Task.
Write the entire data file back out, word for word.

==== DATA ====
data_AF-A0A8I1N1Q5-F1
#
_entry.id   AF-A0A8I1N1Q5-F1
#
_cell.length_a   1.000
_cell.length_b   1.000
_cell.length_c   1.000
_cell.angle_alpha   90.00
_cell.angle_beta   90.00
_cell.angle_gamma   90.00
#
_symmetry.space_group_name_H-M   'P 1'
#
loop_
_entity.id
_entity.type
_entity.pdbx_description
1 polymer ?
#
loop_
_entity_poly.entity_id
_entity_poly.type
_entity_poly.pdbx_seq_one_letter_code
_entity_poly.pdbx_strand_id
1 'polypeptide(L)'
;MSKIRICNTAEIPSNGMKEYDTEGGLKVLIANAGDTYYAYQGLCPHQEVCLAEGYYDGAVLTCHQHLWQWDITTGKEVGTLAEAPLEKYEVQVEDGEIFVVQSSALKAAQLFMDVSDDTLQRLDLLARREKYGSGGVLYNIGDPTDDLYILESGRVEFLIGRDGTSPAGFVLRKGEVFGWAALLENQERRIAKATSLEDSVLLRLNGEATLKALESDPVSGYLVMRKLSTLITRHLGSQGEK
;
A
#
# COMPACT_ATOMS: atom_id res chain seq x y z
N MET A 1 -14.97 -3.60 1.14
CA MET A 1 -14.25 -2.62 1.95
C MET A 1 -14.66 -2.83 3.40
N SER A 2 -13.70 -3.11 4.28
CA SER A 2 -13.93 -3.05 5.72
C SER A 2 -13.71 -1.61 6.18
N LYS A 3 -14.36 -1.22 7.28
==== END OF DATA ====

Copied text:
data_AF-A0A8I1N1Q5-F1
#
_entry.id   AF-A0A8I1N1Q5-F1
#
_cell.length_a   1.000
_cell.length_b   1.000
_cell.length_c   1.000
_cell.angle_alpha   90.00
_cell.angle_beta   90.00
_cell.angle_gamma   90.00
#
_symmetry.space_group_name_H-M   'P 1'
#
loop_
_entity.id
_entity.type
_entity.pdbx_description
1 polymer ?
#
loop_
_entity_poly.entity_id
_entity_poly.type
_entity_poly.pdbx_seq_one_letter_code
_entity_poly.pdbx_strand_id
1 'polypeptide(L)'
;MSKIRICNTAEIPSNGMKEYDTEGGLKVLIANAGDTYYAYQGLCPHQEVCLAEGYYDGAVLTCHQHLWQWDITTGKEVGTLAEAPLEKYEVQVEDGEIFVVQSSALKAAQLFMDVSDDTLQRLDLLARREKYGSGGVLYNIGDPTDDLYILESGRVEFLIGRDGTSPAGFVLRKGEVFGWAALLENQERRIAKATSLEDSVLLRLNGEATLKALESDPVSGYLVMRKLSTLITRHLGSQGEK
;
A
#
# COMPACT_ATOMS: atom_id res chain seq x y z
N MET A 1 -14.97 -3.60 1.14
CA MET A 1 -14.25 -2.62 1.95
C MET A 1 -14.66 -2.83 3.40
N SER A 2 -13.70 -3.11 4.28
CA SER A 2 -13.93 -3.05 5.72
C SER A 2 -13.71 -1.61 6.18
N LYS A 3 -14.36 -1.22 7.28